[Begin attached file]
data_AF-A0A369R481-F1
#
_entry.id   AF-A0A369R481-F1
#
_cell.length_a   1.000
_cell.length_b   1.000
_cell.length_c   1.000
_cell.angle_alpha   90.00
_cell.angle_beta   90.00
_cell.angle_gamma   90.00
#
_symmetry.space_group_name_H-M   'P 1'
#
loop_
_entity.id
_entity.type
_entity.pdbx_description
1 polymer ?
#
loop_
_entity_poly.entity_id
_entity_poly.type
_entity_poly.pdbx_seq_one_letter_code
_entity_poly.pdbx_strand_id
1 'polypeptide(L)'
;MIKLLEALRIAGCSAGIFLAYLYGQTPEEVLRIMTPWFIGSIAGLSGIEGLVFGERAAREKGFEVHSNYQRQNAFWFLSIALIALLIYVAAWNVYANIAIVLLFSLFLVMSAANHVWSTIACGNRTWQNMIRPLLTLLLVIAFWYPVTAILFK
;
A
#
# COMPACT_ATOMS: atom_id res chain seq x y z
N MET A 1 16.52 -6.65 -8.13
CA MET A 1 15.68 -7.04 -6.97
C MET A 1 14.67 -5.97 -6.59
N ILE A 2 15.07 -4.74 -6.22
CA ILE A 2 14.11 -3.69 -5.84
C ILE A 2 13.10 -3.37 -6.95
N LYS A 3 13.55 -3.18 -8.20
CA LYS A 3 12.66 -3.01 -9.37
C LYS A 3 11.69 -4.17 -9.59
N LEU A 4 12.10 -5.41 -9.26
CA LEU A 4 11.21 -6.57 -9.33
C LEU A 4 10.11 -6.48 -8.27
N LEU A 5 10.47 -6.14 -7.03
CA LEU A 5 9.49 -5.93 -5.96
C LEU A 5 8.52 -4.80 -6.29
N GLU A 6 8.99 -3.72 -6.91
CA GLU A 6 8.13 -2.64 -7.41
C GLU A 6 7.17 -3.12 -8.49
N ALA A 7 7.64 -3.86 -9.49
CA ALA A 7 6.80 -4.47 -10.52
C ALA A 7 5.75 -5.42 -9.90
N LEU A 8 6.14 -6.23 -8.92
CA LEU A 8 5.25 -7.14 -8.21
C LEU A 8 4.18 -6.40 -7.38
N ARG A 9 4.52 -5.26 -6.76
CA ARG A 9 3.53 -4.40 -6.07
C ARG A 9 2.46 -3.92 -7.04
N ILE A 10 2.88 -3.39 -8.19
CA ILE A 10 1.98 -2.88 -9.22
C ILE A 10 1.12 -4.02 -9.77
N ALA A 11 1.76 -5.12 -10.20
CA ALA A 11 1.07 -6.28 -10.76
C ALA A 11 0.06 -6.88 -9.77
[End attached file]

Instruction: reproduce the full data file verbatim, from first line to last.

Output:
data_AF-A0A369R481-F1
#
_entry.id   AF-A0A369R481-F1
#
_cell.length_a   1.000
_cell.length_b   1.000
_cell.length_c   1.000
_cell.angle_alpha   90.00
_cell.angle_beta   90.00
_cell.angle_gamma   90.00
#
_symmetry.space_group_name_H-M   'P 1'
#
loop_
_entity.id
_entity.type
_entity.pdbx_description
1 polymer ?
#
loop_
_entity_poly.entity_id
_entity_poly.type
_entity_poly.pdbx_seq_one_letter_code
_entity_poly.pdbx_strand_id
1 'polypeptide(L)'
;MIKLLEALRIAGCSAGIFLAYLYGQTPEEVLRIMTPWFIGSIAGLSGIEGLVFGERAAREKGFEVHSNYQRQNAFWFLSIALIALLIYVAAWNVYANIAIVLLFSLFLVMSAANHVWSTIACGNRTWQNMIRPLLTLLLVIAFWYPVTAILFK
;
A
#
# COMPACT_ATOMS: atom_id res chain seq x y z
N MET A 1 16.52 -6.65 -8.13
CA MET A 1 15.68 -7.04 -6.97
C MET A 1 14.67 -5.97 -6.59
N ILE A 2 15.07 -4.74 -6.22
CA ILE A 2 14.11 -3.69 -5.84
C ILE A 2 13.10 -3.37 -6.95
N LYS A 3 13.55 -3.18 -8.20
CA LYS A 3 12.66 -3.01 -9.37
C LYS A 3 11.69 -4.17 -9.59
N LEU A 4 12.10 -5.41 -9.26
CA LEU A 4 11.21 -6.57 -9.33
C LEU A 4 10.11 -6.48 -8.27
N LEU A 5 10.47 -6.14 -7.03
CA LEU A 5 9.49 -5.93 -5.96
C LEU A 5 8.52 -4.80 -6.29
N GLU A 6 8.99 -3.72 -6.91
CA GLU A 6 8.13 -2.64 -7.41
C GLU A 6 7.17 -3.12 -8.49
N ALA A 7 7.64 -3.86 -9.49
CA ALA A 7 6.80 -4.47 -10.52
C ALA A 7 5.75 -5.42 -9.90
N LEU A 8 6.14 -6.23 -8.92
CA LEU A 8 5.25 -7.14 -8.21
C LEU A 8 4.18 -6.40 -7.38
N ARG A 9 4.52 -5.26 -6.76
CA ARG A 9 3.53 -4.40 -6.07
C ARG A 9 2.46 -3.92 -7.04
N ILE A 10 2.88 -3.39 -8.19
CA ILE A 10 1.98 -2.88 -9.22
C ILE A 10 1.12 -4.02 -9.77
N ALA A 11 1.76 -5.12 -10.20
CA ALA A 11 1.07 -6.28 -10.76
C ALA A 11 0.06 -6.88 -9.77